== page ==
The features of hypoglycemic events while blood glucose was stabilized were analyzed. Stabilized blood glucose was defined as an insulin regimen unmodified for at least 3 hours in a patient receiving continuous enteral or parenteral nutrition. Hypoglycemic events were defined as the occurrence, in a patient previously receiving 3 IU or more of intravenous insulin hourly, of arterial blood glucose ≤ 90 mg/dL, for which insulin was stopped. Mild hypoglycemic events were defined as the impossibility of restarting insulin therapy for 2 hours; moderate hypoglycemic events required discontinuation of insulin for at least 3 hours. Blood glucose was initially measured hourly and then every 4 hours when insulin infusion was unmodified for 4 hours. Arterial blood glucose was measured using an indwelling catheter inserted for hemodynamic monitoring with the use of a hand-held blood glucose meter (Accu-Chek Performa, Roche Diagnostics France, Meylan, France). We compared patients according to the tubing system used (conventional tubing system or multiport infusion device) and assessed the incidence of hypoglycemia associated with the tubing system used.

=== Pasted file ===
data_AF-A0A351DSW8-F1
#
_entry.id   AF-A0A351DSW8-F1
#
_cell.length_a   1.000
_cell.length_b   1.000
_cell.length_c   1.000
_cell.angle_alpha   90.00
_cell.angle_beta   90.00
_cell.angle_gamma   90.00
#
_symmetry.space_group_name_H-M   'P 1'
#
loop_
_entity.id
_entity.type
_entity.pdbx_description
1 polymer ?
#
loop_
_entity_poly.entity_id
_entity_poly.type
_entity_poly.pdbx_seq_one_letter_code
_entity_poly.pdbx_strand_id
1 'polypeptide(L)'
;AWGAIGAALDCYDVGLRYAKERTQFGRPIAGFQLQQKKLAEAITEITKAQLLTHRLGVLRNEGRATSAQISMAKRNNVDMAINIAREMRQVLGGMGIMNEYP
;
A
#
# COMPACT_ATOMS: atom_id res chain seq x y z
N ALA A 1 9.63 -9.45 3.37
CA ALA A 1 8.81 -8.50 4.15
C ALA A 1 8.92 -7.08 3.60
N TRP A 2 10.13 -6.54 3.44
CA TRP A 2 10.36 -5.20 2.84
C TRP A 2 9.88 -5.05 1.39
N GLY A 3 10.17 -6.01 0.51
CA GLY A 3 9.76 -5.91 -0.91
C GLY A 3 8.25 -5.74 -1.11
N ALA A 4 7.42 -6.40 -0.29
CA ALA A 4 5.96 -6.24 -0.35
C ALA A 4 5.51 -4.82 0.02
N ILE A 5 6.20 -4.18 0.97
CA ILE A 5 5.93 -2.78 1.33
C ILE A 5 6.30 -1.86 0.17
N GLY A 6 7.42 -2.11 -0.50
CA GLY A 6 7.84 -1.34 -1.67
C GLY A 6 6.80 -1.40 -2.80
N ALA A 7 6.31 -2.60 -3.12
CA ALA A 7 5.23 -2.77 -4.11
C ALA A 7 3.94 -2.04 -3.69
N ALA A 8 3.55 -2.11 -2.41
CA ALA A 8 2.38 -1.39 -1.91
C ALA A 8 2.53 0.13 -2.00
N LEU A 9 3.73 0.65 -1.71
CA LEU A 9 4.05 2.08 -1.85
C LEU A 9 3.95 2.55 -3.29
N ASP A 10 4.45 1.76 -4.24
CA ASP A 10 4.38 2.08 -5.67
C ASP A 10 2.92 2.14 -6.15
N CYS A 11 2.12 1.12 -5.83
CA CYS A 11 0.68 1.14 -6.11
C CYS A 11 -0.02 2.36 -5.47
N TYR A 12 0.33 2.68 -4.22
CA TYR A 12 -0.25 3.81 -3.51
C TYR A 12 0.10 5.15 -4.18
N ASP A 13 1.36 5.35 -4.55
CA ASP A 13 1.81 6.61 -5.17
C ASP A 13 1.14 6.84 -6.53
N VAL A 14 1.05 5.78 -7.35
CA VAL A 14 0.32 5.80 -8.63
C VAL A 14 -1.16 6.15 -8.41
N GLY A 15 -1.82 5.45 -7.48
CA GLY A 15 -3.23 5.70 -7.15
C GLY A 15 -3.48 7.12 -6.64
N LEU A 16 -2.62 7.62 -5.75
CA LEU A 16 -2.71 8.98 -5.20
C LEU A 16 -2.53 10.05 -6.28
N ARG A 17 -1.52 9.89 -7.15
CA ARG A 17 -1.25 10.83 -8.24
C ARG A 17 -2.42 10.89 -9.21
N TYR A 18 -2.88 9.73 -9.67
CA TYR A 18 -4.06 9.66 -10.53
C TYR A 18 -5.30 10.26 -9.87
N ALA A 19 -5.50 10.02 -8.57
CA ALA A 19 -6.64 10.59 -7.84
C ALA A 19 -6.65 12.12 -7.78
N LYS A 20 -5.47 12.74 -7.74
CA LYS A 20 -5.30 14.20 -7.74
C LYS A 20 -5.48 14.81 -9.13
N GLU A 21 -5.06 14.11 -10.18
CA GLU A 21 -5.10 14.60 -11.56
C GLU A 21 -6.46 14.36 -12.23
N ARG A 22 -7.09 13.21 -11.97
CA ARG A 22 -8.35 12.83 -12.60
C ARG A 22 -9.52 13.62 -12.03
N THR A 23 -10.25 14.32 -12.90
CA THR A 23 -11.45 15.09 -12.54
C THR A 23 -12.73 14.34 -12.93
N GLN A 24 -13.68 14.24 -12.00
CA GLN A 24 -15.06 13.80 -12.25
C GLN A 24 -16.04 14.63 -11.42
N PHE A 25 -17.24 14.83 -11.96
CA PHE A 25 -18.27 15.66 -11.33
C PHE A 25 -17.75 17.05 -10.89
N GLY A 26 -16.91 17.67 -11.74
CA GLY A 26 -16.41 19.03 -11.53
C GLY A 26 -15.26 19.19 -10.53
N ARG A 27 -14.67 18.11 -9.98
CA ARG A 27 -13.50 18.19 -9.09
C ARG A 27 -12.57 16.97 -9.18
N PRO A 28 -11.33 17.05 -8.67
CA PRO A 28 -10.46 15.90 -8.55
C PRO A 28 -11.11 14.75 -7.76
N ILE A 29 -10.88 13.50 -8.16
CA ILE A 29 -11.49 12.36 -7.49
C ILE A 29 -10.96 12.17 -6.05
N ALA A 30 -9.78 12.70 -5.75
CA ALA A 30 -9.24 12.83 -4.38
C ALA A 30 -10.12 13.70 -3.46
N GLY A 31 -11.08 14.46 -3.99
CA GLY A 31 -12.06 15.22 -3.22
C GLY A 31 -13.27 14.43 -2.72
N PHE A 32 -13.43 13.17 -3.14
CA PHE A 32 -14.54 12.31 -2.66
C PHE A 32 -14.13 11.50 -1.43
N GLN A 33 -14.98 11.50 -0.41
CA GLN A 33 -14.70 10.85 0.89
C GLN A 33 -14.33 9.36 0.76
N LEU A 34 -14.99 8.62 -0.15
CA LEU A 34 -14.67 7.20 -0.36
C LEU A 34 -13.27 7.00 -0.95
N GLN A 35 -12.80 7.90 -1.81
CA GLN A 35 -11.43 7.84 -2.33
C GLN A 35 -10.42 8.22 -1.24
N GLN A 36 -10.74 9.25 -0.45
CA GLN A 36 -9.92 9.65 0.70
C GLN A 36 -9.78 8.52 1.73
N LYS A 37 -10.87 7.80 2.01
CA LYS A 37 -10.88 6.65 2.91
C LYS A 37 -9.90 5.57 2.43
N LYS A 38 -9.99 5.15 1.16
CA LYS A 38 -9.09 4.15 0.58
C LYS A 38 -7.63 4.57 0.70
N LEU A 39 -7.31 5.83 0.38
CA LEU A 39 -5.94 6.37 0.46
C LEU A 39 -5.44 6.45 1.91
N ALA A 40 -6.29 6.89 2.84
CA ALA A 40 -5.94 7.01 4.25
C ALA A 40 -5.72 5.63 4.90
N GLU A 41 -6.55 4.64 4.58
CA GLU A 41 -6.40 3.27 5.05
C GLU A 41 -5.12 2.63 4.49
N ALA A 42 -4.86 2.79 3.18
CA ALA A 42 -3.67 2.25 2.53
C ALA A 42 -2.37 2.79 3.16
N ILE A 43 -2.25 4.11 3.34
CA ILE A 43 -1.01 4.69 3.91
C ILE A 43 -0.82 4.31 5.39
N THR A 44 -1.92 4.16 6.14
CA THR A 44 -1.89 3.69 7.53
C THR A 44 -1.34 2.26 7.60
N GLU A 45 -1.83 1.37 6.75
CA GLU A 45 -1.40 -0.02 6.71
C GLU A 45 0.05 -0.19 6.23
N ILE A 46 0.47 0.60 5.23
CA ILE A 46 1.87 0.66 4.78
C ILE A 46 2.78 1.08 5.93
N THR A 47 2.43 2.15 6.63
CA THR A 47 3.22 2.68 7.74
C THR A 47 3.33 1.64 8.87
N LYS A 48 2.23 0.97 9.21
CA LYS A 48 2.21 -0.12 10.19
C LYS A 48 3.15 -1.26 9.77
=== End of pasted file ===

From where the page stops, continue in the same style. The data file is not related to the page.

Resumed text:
Continuous variables are expressed as median with quartile intervals and compared using the Mann–Whitney U test. Categorical variables are compared using the Chi-squared or Fisher’s exact test as appropriate. The densities of hypoglycemic events for 1,000 hours of IIT were compared using the rate ratio.
Patient characteristics according to the device used to administer medications through the distal lumen of the central venous catheter
Multiport infusion device
Sex ratio: M/F
Median age (yr)
Days on mechanical ventilation
ICU length of stay (days)
ICU mortality n (%)
Cumulative IIT duration (h)
IIT duration median range (h)
Mild hypoglycemic event